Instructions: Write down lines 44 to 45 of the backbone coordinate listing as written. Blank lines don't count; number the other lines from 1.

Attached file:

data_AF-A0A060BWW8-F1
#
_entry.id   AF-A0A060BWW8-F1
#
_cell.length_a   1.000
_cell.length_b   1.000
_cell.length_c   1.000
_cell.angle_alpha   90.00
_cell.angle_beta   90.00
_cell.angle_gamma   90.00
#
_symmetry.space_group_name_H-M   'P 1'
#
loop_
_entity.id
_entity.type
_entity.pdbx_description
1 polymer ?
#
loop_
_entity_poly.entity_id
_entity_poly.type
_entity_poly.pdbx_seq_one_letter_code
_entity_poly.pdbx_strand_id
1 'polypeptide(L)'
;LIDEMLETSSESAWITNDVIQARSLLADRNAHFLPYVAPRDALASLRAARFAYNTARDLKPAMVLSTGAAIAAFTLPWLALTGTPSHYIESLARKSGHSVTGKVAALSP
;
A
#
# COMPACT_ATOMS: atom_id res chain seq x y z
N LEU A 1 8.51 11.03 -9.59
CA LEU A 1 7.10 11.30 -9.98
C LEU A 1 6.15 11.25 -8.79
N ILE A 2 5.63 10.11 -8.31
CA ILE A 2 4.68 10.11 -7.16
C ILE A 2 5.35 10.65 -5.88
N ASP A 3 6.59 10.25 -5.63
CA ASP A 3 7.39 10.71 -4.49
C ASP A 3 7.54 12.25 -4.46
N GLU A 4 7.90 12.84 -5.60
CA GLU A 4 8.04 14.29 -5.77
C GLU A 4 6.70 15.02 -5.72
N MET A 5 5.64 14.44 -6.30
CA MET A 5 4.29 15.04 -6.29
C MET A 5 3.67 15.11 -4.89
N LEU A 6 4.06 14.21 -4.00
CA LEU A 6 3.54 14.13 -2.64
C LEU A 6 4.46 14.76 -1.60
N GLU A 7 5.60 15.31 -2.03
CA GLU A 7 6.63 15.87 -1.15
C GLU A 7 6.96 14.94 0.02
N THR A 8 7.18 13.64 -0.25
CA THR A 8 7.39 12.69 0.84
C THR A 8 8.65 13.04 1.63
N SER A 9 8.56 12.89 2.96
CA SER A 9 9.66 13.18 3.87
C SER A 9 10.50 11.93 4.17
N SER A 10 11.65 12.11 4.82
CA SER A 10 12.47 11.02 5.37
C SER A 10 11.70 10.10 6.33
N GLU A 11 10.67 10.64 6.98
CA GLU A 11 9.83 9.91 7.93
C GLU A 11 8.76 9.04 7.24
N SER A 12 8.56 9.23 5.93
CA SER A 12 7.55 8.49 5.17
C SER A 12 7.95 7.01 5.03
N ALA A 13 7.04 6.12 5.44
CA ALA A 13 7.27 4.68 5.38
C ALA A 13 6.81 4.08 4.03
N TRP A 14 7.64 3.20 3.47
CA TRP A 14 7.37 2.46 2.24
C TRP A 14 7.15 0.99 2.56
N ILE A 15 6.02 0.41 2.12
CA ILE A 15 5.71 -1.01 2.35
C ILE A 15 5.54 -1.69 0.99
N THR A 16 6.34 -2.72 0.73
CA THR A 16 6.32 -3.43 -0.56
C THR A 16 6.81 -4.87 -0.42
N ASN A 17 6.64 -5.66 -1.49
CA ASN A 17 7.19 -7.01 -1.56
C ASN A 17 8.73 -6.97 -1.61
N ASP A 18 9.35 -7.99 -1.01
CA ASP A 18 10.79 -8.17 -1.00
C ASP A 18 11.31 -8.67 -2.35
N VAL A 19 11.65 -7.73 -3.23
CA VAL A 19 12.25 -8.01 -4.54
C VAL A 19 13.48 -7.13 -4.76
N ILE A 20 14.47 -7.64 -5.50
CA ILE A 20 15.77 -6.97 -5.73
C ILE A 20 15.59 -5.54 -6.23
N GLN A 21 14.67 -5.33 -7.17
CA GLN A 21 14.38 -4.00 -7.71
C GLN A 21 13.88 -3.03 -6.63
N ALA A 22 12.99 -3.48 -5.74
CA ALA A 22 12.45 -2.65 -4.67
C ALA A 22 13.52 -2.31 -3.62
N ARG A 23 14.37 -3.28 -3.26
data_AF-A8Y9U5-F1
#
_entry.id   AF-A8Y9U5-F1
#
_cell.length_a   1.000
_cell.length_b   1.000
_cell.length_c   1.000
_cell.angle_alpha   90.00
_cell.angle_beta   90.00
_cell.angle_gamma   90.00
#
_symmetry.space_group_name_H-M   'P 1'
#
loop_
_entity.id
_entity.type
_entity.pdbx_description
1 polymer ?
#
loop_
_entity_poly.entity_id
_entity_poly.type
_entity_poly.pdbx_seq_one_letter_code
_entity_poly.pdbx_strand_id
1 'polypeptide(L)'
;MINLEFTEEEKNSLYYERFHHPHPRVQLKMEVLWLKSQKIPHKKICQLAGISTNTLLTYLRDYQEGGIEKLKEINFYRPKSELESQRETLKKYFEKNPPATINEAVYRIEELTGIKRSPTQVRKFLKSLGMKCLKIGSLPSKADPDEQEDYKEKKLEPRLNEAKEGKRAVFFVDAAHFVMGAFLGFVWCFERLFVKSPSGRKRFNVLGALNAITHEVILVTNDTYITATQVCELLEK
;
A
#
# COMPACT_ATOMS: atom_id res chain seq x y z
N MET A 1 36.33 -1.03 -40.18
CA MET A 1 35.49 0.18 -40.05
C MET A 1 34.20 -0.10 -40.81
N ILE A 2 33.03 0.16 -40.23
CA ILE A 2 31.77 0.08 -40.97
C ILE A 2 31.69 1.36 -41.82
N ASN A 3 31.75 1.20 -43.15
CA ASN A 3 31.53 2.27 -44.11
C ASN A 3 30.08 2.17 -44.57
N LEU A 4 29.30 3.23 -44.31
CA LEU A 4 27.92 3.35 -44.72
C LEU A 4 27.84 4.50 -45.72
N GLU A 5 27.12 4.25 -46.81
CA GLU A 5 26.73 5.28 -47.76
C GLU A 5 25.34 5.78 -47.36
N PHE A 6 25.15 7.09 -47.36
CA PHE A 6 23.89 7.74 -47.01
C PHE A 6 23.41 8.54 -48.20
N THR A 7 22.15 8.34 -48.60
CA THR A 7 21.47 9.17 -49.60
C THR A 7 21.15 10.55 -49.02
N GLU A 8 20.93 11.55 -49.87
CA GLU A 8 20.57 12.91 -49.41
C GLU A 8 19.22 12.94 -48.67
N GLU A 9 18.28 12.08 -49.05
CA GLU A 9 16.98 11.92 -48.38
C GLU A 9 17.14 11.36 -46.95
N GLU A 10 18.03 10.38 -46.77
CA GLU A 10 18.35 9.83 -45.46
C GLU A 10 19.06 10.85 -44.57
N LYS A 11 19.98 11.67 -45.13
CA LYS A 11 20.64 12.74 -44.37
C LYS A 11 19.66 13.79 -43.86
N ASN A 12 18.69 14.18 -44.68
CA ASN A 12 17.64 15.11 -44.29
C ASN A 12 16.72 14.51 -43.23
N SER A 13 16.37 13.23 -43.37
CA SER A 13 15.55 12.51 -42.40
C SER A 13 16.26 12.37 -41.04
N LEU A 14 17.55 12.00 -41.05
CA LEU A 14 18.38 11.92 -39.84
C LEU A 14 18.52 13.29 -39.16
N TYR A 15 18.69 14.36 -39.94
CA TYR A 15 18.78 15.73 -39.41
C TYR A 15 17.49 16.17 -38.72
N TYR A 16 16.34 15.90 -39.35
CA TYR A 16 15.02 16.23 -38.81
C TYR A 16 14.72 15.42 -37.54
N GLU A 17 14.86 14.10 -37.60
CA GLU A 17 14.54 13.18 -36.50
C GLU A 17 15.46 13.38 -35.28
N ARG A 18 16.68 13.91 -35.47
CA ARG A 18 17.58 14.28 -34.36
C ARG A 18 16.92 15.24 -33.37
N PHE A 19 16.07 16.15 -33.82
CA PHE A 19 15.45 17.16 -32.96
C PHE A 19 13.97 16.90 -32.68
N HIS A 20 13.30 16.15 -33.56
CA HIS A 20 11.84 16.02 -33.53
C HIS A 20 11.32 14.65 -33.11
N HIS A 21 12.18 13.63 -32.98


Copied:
CA MET A 5 4.29 15.04 -6.29
C MET A 5 3.67 15.11 -4.89